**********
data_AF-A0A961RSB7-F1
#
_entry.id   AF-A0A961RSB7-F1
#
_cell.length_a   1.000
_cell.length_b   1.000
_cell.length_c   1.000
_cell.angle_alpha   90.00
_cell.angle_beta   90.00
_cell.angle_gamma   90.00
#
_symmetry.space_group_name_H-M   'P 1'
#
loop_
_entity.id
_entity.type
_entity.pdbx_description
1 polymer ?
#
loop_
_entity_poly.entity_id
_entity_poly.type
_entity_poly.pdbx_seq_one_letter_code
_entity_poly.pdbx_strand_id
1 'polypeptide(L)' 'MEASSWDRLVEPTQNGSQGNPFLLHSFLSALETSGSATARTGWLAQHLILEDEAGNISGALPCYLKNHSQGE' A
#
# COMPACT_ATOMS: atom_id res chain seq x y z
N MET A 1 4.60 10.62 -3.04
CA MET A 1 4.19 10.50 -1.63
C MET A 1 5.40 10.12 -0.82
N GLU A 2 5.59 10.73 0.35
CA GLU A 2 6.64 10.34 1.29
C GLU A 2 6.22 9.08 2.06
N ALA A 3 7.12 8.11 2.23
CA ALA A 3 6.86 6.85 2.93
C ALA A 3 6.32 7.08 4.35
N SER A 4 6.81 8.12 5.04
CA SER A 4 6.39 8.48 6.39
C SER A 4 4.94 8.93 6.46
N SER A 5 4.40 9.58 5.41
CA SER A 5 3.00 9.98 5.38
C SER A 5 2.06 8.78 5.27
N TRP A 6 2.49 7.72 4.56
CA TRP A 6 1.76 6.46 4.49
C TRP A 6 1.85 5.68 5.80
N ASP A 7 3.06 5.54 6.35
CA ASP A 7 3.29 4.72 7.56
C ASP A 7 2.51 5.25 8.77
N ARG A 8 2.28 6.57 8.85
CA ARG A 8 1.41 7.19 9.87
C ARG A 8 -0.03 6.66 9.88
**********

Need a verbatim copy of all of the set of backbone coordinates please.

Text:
data_AF-A0A961RSB7-F1
#
_entry.id   AF-A0A961RSB7-F1
#
_cell.length_a   1.000
_cell.length_b   1.000
_cell.length_c   1.000
_cell.angle_alpha   90.00
_cell.angle_beta   90.00
_cell.angle_gamma   90.00
#
_symmetry.space_group_name_H-M   'P 1'
#
loop_
_entity.id
_entity.type
_entity.pdbx_description
1 polymer ?
#
loop_
_entity_poly.entity_id
_entity_poly.type
_entity_poly.pdbx_seq_one_letter_code
_entity_poly.pdbx_strand_id
1 'polypeptide(L)' 'MEASSWDRLVEPTQNGSQGNPFLLHSFLSALETSGSATARTGWLAQHLILEDEAGNISGALPCYLKNHSQGE' A
#
# COMPACT_ATOMS: atom_id res chain seq x y z
N MET A 1 4.60 10.62 -3.04
CA MET A 1 4.19 10.50 -1.63
C MET A 1 5.40 10.12 -0.82
N GLU A 2 5.59 10.73 0.35
CA GLU A 2 6.64 10.34 1.29
C GLU A 2 6.22 9.08 2.06
N ALA A 3 7.12 8.11 2.23
CA ALA A 3 6.86 6.85 2.93
C ALA A 3 6.32 7.08 4.35
N SER A 4 6.81 8.12 5.04
CA SER A 4 6.39 8.48 6.39
C SER A 4 4.94 8.93 6.46
N SER A 5 4.40 9.58 5.41
CA SER A 5 3.00 9.98 5.38
C SER A 5 2.06 8.78 5.27
N TRP A 6 2.49 7.72 4.56
CA TRP A 6 1.76 6.46 4.49
C TRP A 6 1.85 5.68 5.80
N ASP A 7 3.06 5.54 6.35
CA ASP A 7 3.29 4.72 7.56
C ASP A 7 2.51 5.25 8.77
N ARG A 8 2.28 6.57 8.85
CA ARG A 8 1.41 7.19 9.87
C ARG A 8 -0.03 6.66 9.88